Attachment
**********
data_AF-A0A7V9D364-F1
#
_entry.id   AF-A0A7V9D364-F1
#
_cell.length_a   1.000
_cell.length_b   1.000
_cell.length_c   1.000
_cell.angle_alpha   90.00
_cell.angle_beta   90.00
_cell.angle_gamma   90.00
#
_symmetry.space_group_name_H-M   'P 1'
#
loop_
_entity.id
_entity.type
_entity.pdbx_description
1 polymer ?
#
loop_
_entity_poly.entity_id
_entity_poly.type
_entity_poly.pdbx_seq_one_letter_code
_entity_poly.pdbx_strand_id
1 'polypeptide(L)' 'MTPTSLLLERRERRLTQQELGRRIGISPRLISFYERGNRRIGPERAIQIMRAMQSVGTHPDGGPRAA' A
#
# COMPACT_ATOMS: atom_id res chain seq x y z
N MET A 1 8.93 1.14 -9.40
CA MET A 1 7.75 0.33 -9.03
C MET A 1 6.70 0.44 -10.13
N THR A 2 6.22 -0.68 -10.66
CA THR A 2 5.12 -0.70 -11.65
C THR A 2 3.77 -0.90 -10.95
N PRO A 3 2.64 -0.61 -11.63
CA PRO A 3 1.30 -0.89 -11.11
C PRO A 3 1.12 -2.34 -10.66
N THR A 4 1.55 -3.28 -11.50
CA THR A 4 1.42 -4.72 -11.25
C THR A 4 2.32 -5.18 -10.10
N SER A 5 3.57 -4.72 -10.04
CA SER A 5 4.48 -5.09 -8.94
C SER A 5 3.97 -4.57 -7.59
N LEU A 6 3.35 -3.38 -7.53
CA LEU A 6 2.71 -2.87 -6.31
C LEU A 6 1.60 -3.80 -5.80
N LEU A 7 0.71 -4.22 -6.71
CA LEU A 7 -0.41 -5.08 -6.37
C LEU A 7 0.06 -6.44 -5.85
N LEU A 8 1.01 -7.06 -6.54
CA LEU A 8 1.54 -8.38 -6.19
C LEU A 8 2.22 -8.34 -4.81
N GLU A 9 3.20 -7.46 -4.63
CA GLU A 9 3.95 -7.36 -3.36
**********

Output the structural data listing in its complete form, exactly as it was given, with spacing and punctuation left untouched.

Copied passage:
data_AF-A0A7V9D364-F1
#
_entry.id   AF-A0A7V9D364-F1
#
_cell.length_a   1.000
_cell.length_b   1.000
_cell.length_c   1.000
_cell.angle_alpha   90.00
_cell.angle_beta   90.00
_cell.angle_gamma   90.00
#
_symmetry.space_group_name_H-M   'P 1'
#
loop_
_entity.id
_entity.type
_entity.pdbx_description
1 polymer ?
#
loop_
_entity_poly.entity_id
_entity_poly.type
_entity_poly.pdbx_seq_one_letter_code
_entity_poly.pdbx_strand_id
1 'polypeptide(L)' 'MTPTSLLLERRERRLTQQELGRRIGISPRLISFYERGNRRIGPERAIQIMRAMQSVGTHPDGGPRAA' A
#
# COMPACT_ATOMS: atom_id res chain seq x y z
N MET A 1 8.93 1.14 -9.40
CA MET A 1 7.75 0.33 -9.03
C MET A 1 6.70 0.44 -10.13
N THR A 2 6.22 -0.68 -10.66
CA THR A 2 5.12 -0.70 -11.65
C THR A 2 3.77 -0.90 -10.95
N PRO A 3 2.64 -0.61 -11.63
CA PRO A 3 1.30 -0.89 -11.11
C PRO A 3 1.12 -2.34 -10.66
N THR A 4 1.55 -3.28 -11.50
CA THR A 4 1.42 -4.72 -11.25
C THR A 4 2.32 -5.18 -10.10
N SER A 5 3.57 -4.72 -10.04
CA SER A 5 4.48 -5.09 -8.94
C SER A 5 3.97 -4.57 -7.59
N LEU A 6 3.35 -3.38 -7.53
CA LEU A 6 2.71 -2.87 -6.31
C LEU A 6 1.60 -3.80 -5.80
N LEU A 7 0.71 -4.22 -6.71
CA LEU A 7 -0.41 -5.08 -6.37
C LEU A 7 0.06 -6.44 -5.85
N LEU A 8 1.01 -7.06 -6.54
CA LEU A 8 1.54 -8.38 -6.19
C LEU A 8 2.22 -8.34 -4.81
N GLU A 9 3.20 -7.46 -4.63
CA GLU A 9 3.95 -7.36 -3.36